I'm trying to copy the contents of a series of directories non-recursively to another remote system.


dir1, dir2, and dir3 contain many directories that I do not want copied. Copy on the remote host to /dirB maintaining the same directory structure.

I tried:

rsync /dirA/*/ host:/dirB/
rsync /dirA/   host:/dirB/

But they don't do what I want.


rsync allows you to specify patterns that trigger the inclusion or exclusion of files and directories. I think you want to use something like this:

rsync -a -f '- /*/*/' /dirA/ host:/dirB/


  • -a triggers the archive mode that activates both recursion and preservation of "symbolic links, devices, attributes, permissions, ownerships, etc.", according to man rsync.
  • -f is short for --filter=, which adds a file-filtering rule.
    • The pattern is inside single quotes so that the shell does not expand wildcards; double quotes would work equally well in this case.
    • - means this is an exclude pattern.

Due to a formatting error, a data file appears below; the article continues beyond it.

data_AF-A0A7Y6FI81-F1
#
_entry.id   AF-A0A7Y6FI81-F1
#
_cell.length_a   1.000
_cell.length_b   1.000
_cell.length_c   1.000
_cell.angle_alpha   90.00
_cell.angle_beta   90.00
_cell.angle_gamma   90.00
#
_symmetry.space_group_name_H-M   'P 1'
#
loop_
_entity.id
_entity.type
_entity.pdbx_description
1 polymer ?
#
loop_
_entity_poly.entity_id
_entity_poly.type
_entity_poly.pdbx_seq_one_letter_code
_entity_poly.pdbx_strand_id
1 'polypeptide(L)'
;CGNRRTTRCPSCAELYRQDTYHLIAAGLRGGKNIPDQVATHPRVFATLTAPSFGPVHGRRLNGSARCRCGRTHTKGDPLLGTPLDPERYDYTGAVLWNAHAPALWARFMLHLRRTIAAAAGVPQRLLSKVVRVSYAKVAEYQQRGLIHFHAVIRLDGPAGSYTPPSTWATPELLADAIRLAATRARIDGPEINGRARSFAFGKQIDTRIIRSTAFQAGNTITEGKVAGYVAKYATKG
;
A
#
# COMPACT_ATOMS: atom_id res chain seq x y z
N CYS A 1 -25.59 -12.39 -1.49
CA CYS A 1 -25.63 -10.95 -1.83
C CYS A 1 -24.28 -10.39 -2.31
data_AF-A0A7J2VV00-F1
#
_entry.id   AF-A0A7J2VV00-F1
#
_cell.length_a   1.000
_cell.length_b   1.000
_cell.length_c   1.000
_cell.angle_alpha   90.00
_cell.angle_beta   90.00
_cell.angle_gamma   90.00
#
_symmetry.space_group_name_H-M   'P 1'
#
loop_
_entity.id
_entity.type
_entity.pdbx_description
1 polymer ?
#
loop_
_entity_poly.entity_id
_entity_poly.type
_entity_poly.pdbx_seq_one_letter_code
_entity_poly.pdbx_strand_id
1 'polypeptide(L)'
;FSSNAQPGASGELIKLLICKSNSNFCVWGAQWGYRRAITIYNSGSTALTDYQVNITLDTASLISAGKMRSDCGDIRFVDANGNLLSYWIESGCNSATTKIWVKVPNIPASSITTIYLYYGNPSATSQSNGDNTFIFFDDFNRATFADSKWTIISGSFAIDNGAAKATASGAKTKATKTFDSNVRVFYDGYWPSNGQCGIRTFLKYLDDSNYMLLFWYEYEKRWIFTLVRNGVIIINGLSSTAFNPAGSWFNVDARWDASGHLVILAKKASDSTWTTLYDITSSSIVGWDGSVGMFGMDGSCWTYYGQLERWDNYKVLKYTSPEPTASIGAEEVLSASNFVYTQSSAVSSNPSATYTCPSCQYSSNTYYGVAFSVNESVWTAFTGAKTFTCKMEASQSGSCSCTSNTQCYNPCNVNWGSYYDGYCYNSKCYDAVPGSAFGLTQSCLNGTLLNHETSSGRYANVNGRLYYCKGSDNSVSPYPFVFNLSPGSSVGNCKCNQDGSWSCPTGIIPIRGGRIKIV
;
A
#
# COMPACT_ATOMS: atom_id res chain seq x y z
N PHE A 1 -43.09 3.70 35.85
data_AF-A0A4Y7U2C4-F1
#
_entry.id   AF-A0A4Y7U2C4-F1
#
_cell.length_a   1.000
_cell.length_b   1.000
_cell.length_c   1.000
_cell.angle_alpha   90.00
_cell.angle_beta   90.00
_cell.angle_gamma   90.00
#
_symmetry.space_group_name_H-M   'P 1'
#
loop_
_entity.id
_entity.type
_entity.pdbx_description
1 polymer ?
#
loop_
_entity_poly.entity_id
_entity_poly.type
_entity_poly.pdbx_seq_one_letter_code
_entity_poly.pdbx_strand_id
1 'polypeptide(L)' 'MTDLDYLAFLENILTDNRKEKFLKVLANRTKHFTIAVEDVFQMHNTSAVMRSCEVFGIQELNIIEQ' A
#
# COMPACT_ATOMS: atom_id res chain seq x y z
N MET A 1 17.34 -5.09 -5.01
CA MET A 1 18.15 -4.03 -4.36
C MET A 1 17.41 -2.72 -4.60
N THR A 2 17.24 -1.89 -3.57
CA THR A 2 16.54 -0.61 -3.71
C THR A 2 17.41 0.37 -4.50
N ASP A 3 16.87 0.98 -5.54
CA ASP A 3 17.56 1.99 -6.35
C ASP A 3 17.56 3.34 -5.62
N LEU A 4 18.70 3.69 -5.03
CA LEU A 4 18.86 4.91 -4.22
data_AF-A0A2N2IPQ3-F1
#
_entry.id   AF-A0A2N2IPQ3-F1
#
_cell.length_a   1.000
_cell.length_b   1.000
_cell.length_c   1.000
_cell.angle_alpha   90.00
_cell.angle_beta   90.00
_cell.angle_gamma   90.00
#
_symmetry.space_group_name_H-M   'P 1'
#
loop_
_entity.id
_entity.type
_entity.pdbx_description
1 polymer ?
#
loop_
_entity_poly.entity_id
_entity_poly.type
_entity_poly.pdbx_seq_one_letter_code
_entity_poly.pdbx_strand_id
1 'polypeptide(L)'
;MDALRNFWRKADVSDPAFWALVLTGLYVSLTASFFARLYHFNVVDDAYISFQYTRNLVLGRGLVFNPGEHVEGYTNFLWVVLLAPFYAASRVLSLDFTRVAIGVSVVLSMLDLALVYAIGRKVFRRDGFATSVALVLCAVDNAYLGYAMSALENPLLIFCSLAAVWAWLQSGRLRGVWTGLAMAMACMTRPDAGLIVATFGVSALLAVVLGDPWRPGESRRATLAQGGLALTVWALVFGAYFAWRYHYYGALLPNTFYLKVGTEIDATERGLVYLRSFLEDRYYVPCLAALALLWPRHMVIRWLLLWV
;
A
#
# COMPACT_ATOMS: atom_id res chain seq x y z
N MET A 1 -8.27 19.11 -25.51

• The leading / means the pattern must start at dirA/ (the rsync "transfer-root").
    • The */* part of the pattern refers to anything inside of a subdirectory.
    • The trailing / limits the exclusion to directories. Files inside a subdirectory of dirA/ are not affected.

So in the end, rsync copies nothing more than one level down (and also does not create second-level directories).

| improve this answer | |
  • 2
    Very nice! I was able to use -f '- /*/' to restrict to top level files only. I also had to specify -f '- .*' to exclude dot files, since I was syncing a home directory. – haridsv Sep 11 '14 at 9:27

The solution above (by PleaseStand) didn't work for me for some reason. This worked though:

rsync -avc --no-r ./source/* ./destination/

There's also this alternative one:

rsync -avc --exclude "/" ./source/ ./destination/

| improve this answer | |

One of the "features" of rsync is how directories are parsed.

rsync /dirA/ host:/dirB/ and rsync /dirA host:/dirB should theoretically be equivalent.

As not wanting to encourage recursiveness, you want to avoid -r, -a which in addition to other things implies -r.

I'm still not quite done with research, but this is my starting answer.

| improve this answer | |

Your Answer

By clicking “Post Your Answer”, you agree to our terms of service, privacy policy and cookie policy

Not the answer you're looking for? Browse other questions tagged or ask your own question.